- Major indexes sold off into the close, but clung to modest gains. S&P 500 Index +0.2%, Dow +0.2%, Nasdaq +0.1%, Russell 2000 +0.5%.
- Energy led the sector field for a second session on tax-reform related optimism; rate-sensitive stocks again lagged.
- Treasury yields lower at the ends of the curve. 10-yr. note -1 basis point (-0.01%) to 2.48%; 30-yr. bond -4 basis points (-0.04%) to 2.84%.
- Positive breadth on NYSE (1.0:1); negative breadth on Nasdaq (1.0:1) with technology stocks falling.
- Commodities: WTI crude oil advanced again (+0.9% to $58.07/bbl.; gold +0.4% to $1269/oz.; industrial metals also gained.
- Economic data: Third revision of Q3 gross domestic product (GDP) slightly lower at 3.2%, initial jobless claims up but still low.
Overnight & This Morning
- Equities slightly lower ahead of Christmas holiday.
- European stocks trending lower midday. Spanish stocks getting battered with prelim indicators showing Separatist (pro-independence) party retaining slight majority after yesterday’s election.
- Asia mostly higher. Following U.S. trend with energy, banks leading. Oil pulled back overnight, but broader commodity gains underpinned buying. Shanghai Composite -0.1%, Hang Seng +0.7%, Nikkei +0.2%.
- Treasuries firm with 10-yr. note at 2.48%.
- Commodities: Overnight weakness in oil continuing (-0.6% to ~$58/bbl.), gold +0.3% to ~$1274/oz., industrial metals gaining.
- Economic data: building permits topped (1,303k vs. 1,298k), durable goods weak (+1.3% vs. +2.0%), personal consumption beat (+0.64% vs. +0.40%), personal income below (+0.3% vs. +0.4%).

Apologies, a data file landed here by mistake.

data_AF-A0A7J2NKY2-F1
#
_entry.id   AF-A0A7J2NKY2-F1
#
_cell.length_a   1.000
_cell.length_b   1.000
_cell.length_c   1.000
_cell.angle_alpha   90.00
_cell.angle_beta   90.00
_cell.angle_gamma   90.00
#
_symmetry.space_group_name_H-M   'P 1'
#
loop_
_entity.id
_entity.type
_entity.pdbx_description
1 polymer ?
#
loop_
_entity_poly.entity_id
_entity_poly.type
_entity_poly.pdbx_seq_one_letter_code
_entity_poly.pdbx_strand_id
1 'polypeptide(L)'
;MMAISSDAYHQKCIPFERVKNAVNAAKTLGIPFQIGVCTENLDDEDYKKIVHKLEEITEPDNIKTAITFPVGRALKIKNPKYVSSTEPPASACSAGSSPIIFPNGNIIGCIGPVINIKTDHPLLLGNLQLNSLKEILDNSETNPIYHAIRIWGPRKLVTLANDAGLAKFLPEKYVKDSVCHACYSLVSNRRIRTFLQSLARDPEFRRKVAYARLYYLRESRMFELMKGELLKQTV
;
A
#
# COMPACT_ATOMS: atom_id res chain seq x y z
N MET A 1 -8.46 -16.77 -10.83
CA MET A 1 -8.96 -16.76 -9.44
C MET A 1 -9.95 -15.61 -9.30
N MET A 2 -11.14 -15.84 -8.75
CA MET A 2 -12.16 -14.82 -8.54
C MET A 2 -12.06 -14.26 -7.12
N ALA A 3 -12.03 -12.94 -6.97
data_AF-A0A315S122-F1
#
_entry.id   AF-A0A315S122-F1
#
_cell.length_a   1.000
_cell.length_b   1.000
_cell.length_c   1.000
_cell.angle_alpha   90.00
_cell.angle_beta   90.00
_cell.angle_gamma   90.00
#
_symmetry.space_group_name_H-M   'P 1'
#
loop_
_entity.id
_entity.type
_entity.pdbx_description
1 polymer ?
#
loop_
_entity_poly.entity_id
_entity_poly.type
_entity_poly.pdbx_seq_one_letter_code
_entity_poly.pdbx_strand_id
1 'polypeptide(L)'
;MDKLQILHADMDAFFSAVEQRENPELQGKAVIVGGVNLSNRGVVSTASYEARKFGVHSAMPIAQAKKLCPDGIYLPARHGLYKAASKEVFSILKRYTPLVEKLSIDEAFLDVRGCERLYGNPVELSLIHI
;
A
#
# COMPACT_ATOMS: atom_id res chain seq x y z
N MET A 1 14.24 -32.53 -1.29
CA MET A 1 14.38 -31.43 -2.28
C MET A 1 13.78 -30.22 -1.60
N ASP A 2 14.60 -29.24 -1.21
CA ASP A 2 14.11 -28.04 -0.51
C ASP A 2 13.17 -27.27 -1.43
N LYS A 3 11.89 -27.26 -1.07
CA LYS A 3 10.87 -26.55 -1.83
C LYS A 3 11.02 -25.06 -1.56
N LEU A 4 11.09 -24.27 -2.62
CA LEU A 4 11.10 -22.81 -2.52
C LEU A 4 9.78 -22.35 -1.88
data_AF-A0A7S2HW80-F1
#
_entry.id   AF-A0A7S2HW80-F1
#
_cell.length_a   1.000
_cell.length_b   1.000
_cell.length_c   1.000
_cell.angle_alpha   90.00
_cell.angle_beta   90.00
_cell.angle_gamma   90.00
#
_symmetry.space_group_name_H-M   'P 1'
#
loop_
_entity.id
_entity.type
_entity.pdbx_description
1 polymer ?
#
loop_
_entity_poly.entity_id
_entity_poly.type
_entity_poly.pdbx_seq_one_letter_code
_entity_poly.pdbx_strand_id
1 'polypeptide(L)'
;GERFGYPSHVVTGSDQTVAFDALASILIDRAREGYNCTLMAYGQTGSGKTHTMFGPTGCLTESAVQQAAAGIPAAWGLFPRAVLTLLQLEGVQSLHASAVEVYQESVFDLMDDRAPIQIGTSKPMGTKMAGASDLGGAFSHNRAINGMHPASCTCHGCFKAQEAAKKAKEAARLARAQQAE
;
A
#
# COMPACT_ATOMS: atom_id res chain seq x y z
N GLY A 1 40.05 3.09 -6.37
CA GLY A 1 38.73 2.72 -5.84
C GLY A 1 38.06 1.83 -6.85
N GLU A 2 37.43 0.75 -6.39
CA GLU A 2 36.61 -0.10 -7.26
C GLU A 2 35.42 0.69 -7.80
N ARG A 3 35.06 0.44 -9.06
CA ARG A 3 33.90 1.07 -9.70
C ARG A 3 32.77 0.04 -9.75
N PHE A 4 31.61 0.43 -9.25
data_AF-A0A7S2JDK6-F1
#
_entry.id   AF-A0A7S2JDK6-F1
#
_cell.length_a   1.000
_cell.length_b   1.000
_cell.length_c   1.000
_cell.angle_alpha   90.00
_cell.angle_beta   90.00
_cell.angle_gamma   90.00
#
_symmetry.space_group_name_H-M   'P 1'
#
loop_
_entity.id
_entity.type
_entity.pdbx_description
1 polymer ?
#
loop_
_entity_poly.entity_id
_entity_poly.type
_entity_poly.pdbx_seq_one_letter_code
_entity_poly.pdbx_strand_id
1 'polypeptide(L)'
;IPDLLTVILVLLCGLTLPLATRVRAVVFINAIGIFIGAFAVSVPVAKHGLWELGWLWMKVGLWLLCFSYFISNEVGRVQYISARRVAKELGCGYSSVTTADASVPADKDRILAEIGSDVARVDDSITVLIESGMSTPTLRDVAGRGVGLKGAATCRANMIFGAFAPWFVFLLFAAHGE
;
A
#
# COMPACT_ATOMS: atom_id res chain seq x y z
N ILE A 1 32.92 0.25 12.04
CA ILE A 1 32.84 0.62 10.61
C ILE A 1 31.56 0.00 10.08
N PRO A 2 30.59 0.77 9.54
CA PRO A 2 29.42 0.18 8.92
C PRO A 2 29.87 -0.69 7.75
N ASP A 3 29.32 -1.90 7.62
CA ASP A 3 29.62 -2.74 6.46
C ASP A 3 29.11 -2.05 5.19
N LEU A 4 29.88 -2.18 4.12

Congress avoids a shutdown. Congress passed a stopgap spending bill late last night, allowing the government to continue to operate past its previous December 22 deadline, and avoid a holiday season shutdown. The measure finances the government through January 19, which gives both sides more time to negotiate a longer-term deal. As we outlined in a recent blog, government shutdowns have historically been a non-event for markets. However, that likely won’t stop the ongoing conversations from generating headlines, especially as the next deadline approaches.
Global rates jump, but what does that mean? The 10-year Treasury yield had been trading within a historically tight range since late October, but that all changed on December 19 as a confluence of events–some international and some domestic–helped move rates higher globally. Today on the LPL Research blog we look at the key drivers and potential implications.
Personal Income & Spending (Nov)
Durable Goods Orders (Nov)
Cap Goods Shipments & Orders (Nov)
Core PCE (Nov)
New Home Sales (Nov)
University of Mich. Sentiment (Dec)
Kansas City Fed Manufacturing Index (Dec)
UK: GDP (Q3)
Germany: Consumer Confidence (Jan)
France: PPI (Nov)
France: GDP (Q3)
Italy: Consumer Confidence (Dec)
UK: Current Account Balance (Q3)
Italy: Industrial Orders (Oct)